BOISE — The community came together Wednesday morning to battle a common enemy that has been annoying bicyclists for years -- goatheads.
Goatheads are vine-like plants that shed sharp, spiked seeds that are known to pop bicycle tires on trails and roads across the City of Trees.
A volunteer group featuring Boise Mayor Dave Bieter met up at Jefferson Elementary School in Boise and headed around the neighborhood to dig up pesky goatheads, so they won't pop any more tires.
All of this is part of a community campaign leading up to the first Boise Goathead Festival, an event set to replace the Tour de Fat.
During the month of July, people have been collecting bags of goatheads all over town and bringing them to the Boise Bicycle Project and other locations to exchange for drink tokens for the festival.
Jimmy Hallyburton, executive director of the Boise Bicycle Project, says volunteers have made great progress cleaning up areas around Boise.
"Let’s focus on some of these areas and see if we can wipe them clean this year so that kids don't get flat tires or anybody riding their bike this year. Next year we will see how many grow back and work to eliminate them from this area," said Hallyburton.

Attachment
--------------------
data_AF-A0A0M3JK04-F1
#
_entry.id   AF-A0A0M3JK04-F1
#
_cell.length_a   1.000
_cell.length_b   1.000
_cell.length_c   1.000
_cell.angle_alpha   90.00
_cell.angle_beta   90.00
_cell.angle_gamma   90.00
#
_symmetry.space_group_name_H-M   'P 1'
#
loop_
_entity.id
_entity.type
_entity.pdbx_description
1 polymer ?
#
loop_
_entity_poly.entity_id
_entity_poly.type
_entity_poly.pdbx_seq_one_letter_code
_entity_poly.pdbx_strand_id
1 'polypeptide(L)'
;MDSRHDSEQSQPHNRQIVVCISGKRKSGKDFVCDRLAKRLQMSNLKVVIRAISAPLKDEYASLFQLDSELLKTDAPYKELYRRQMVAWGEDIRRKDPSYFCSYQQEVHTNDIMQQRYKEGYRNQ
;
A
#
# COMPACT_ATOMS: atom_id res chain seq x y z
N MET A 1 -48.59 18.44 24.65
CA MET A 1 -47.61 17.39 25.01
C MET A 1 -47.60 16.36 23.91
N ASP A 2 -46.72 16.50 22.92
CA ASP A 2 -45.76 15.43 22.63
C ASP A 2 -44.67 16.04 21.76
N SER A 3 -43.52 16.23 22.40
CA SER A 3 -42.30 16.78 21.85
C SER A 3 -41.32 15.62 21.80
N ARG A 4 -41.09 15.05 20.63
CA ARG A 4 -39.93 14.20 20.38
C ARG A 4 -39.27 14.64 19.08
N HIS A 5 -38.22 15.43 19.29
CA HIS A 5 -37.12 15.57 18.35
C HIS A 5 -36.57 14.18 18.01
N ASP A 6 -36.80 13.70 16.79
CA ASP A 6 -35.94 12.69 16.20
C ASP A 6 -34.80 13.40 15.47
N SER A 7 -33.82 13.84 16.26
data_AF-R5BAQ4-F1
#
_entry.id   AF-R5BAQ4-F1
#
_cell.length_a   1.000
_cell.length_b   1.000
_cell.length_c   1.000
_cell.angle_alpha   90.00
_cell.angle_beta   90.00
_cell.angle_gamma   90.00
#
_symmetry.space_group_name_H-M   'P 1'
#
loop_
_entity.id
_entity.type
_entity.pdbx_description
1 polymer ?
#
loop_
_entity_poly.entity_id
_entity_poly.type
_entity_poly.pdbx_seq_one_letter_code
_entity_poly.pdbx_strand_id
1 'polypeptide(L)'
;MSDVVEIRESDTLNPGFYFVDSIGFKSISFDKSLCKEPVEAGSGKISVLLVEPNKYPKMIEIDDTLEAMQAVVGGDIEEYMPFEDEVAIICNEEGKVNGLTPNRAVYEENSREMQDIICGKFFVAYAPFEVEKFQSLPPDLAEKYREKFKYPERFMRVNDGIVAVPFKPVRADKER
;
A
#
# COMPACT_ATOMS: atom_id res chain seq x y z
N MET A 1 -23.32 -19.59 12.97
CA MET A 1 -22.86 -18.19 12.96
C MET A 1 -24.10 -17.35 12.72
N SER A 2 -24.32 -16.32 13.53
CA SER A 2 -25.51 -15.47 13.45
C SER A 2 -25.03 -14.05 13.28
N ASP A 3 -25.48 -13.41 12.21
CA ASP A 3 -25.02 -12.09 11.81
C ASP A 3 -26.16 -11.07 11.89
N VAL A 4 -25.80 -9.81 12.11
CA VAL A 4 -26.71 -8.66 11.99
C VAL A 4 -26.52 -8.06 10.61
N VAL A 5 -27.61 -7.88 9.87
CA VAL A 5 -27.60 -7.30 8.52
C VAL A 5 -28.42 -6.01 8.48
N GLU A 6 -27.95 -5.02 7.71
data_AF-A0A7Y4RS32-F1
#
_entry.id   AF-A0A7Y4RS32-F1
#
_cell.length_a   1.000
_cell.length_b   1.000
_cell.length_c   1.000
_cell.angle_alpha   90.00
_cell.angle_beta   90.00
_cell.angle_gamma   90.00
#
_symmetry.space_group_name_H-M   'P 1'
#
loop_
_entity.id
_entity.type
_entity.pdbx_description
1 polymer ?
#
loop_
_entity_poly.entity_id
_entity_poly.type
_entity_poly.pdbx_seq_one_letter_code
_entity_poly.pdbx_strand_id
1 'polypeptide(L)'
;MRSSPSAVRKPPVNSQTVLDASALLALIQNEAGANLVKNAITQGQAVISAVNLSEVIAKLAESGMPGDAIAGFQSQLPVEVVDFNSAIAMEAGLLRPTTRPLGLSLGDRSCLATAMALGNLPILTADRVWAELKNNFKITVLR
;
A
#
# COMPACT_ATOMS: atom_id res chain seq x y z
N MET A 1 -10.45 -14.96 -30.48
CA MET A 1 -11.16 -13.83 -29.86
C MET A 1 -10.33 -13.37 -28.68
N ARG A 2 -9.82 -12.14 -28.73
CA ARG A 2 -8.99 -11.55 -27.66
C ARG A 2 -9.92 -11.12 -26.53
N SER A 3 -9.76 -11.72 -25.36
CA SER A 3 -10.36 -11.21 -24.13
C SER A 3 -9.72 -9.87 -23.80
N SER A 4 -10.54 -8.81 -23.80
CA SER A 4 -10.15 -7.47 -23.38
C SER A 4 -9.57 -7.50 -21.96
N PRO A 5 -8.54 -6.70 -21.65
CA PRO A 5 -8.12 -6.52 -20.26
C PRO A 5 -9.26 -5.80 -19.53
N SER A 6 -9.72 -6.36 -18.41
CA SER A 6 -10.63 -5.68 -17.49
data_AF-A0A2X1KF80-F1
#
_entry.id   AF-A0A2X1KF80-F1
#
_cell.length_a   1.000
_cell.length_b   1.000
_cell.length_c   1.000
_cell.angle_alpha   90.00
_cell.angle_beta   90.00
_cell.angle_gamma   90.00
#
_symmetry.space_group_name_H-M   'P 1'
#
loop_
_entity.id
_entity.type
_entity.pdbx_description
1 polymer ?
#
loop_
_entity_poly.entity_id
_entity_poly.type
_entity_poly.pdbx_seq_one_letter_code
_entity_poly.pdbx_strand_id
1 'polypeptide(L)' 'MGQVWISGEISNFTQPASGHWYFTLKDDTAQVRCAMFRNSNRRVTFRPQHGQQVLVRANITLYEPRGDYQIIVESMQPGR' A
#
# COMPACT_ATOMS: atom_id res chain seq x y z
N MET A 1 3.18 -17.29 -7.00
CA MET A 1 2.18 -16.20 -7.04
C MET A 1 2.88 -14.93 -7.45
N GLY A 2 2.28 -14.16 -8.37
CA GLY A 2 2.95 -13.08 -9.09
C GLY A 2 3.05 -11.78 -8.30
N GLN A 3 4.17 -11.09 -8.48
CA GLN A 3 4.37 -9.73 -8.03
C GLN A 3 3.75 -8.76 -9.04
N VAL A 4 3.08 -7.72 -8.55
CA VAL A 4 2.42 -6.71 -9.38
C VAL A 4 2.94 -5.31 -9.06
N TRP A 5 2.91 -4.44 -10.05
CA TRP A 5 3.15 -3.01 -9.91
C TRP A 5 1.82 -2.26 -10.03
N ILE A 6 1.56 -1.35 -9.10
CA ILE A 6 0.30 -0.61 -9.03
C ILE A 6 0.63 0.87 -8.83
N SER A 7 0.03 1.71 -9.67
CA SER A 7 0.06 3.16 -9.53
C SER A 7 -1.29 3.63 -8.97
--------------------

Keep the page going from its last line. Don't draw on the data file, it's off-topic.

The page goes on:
Hallyburton says he knows eliminating all goatheads is an incredibly difficult task, but simply trying is already making a big difference.
"A lot of people are like, 'there's no way you are going to eliminate goat heads in the first year,'" Hallyburton said. "It's like, of course, we won't eliminate them this year. But, how many flat tires can we eliminate? How many kids can we enable to still connect to opportunities in the community? And then how can we measure that so going forward we can have an even larger impact?"
The campaign reports that already, over a thousand pounds of goatheads have been turned in.
The first Boise Goathead Fest is coming up on August 3 and 4. The main event, a bicycle parade around downtown will kick off August 4 at 11 a.m. at the Statehouse.
Proceeds from the event will benefit local bike charities.